The major thing about travelling all the time is the loneliness. I still haven’t come to terms with this. Some men’s wives travel with them all the time. I have no idea what she does all day in a strange city while he rehearses. I’ve had a boyfriend travel with me in the past, which almost always is uncomfortable for him, since in our sexist world, people accept that a woman can spend her life doing nothing, but yet a man’s ego is continually battered if he’s not “doing something!” A very large percentage of singers I know are divorced, or having major relationship problems because of the distance. It’s hard work just to *maintain* a relationship long-distance and I’m not at all convinced that it can *grow* at a distance. Heck, it’s tough enough to have a good intimate relationship, period! Add stress and distance. Lots of opera singers cheat on their spouses; lots of singers form intense friendships with their costars, then forget them once they’ve left town. Then there’s always the problem of receiving mail, getting bills paid on time, and staying in touch with the people you need to stay in touch with, because your address and phone are always changing. Email for me is essential.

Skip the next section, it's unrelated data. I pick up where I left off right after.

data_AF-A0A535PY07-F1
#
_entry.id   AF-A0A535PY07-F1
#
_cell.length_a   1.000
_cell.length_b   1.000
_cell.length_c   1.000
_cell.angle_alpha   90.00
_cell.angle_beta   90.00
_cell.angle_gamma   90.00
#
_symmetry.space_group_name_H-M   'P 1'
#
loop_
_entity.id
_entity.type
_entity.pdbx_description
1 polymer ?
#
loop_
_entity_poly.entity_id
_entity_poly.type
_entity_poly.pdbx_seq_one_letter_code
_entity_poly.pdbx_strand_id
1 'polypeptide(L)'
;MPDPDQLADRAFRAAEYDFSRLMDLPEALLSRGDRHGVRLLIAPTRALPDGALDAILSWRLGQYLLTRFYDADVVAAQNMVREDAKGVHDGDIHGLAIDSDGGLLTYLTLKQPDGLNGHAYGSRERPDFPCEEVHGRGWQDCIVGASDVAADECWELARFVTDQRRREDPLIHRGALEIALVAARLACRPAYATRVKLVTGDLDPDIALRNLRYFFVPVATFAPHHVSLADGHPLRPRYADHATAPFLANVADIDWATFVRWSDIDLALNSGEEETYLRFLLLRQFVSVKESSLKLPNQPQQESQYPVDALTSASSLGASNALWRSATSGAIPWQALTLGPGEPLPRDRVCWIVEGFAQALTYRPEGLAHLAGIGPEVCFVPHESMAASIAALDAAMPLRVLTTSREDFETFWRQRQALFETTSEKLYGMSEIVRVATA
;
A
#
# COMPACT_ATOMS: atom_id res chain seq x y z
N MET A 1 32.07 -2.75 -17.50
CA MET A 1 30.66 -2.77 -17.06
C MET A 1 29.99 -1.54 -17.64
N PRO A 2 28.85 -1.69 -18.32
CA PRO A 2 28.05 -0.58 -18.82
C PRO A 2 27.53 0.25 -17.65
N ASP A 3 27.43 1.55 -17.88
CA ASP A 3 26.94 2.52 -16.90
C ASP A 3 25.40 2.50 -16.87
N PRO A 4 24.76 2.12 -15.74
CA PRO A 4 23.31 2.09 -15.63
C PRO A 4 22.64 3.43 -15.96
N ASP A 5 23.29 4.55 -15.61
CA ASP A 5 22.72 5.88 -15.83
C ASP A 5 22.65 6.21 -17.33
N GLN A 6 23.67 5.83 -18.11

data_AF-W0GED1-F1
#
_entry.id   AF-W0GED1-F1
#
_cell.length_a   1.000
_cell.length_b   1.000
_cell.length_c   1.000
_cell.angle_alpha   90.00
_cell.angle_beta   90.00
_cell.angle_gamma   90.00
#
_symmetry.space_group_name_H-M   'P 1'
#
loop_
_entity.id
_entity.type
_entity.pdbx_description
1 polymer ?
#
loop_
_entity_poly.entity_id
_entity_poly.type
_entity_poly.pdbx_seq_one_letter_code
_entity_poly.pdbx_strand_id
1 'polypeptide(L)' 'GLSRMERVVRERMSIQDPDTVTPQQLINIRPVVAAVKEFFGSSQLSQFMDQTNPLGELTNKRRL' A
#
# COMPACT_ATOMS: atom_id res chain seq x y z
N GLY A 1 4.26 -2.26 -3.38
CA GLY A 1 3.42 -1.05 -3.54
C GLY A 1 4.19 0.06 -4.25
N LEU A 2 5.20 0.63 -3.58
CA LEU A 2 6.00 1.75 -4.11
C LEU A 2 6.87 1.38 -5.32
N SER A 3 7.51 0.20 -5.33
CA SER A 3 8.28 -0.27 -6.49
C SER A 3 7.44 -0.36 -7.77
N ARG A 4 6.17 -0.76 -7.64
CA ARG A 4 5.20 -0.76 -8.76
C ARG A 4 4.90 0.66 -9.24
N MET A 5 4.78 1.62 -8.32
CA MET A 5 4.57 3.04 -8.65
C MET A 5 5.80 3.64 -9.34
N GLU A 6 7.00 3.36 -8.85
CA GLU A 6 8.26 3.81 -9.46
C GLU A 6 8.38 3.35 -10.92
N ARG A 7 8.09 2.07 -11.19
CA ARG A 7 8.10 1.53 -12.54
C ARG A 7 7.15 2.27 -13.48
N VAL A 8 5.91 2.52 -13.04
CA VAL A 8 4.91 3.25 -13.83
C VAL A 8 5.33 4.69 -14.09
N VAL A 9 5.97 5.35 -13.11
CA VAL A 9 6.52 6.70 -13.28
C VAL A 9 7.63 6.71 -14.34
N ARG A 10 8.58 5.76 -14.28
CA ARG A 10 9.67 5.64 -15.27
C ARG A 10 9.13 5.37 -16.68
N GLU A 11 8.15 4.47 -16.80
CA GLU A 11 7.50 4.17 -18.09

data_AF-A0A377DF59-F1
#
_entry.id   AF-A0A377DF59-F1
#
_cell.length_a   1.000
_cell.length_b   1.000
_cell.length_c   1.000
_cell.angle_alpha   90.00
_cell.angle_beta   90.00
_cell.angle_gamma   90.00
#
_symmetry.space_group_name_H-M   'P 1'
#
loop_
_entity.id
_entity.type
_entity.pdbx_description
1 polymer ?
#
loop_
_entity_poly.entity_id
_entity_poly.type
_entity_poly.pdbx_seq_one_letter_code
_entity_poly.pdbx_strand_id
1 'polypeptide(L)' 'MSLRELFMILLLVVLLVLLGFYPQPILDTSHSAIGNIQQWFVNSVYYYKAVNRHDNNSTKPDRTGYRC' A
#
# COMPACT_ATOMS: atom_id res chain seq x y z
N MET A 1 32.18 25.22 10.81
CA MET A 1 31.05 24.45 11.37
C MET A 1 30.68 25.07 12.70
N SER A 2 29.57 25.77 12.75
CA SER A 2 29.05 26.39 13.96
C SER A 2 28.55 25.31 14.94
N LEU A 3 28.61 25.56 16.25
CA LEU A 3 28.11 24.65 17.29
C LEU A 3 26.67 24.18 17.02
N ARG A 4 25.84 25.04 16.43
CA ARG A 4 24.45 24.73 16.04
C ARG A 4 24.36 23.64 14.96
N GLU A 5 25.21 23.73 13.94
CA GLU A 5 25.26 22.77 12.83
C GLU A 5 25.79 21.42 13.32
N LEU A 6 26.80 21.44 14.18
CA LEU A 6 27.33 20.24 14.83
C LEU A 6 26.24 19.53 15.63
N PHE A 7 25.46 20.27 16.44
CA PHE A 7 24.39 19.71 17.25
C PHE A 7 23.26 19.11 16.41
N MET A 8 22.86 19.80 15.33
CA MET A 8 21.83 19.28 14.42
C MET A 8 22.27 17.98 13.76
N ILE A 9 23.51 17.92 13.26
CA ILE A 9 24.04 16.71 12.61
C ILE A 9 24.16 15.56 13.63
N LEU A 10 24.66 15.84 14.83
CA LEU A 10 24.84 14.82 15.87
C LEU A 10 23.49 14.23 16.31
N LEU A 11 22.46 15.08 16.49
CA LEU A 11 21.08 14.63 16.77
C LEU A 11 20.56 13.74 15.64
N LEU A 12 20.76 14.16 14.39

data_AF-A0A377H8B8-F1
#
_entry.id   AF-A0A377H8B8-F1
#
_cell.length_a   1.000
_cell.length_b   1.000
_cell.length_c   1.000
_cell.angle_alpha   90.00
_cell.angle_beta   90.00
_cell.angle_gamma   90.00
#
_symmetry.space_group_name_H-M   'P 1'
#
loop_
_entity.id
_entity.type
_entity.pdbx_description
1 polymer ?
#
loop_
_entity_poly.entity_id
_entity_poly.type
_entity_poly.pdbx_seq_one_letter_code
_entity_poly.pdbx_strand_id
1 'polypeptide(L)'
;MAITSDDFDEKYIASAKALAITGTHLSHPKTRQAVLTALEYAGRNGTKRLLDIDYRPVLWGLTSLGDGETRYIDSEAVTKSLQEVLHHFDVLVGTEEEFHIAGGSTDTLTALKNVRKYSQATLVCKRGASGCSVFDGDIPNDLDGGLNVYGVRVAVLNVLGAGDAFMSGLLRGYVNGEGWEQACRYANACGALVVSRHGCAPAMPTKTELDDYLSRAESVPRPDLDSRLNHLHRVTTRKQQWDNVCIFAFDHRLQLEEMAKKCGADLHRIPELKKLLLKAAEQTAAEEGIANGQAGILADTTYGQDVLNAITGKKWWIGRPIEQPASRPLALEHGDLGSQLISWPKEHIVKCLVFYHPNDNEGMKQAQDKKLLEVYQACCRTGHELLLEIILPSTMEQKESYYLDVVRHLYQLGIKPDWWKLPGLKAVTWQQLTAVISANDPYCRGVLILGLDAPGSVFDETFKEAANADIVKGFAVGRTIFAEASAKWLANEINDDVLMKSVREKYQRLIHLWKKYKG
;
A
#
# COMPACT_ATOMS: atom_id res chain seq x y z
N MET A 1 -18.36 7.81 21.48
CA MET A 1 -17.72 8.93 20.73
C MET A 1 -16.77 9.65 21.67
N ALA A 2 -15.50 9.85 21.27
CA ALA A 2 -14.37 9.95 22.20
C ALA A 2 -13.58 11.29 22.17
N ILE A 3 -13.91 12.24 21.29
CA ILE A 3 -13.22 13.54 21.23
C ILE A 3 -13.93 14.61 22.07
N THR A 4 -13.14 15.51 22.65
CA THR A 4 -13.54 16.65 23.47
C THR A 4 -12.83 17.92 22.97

My next and favorite subject for young American singers is LANGUAGE! You MUST learn foreign languages if you want to do well in this business and if you want to do justice to your art. …Even if you don’t have a career in Europe. Not only must you communicate, but how else can you get the most out of the texts you’re singing? I’d always understood what I was saying and had good diction in Italian; but until I was fluent, I hadn’t realized what a huge difference it made in how I approached the music. It makes making music so much easier!! Although English has become the modern “lingua franca,” and it’s not too difficult to find someone in the cast or production team who speaks English, speaking more languages can only help you. All opera music is nuanced primarily by the words. If you only know the words by rote, or only know a word-for-word translation (bravo! but that’s not enough…) then you can miss out on the play and style of the music. Plus, you will gain much more respect in your work with conductors, directors and singers alike by speaking the language.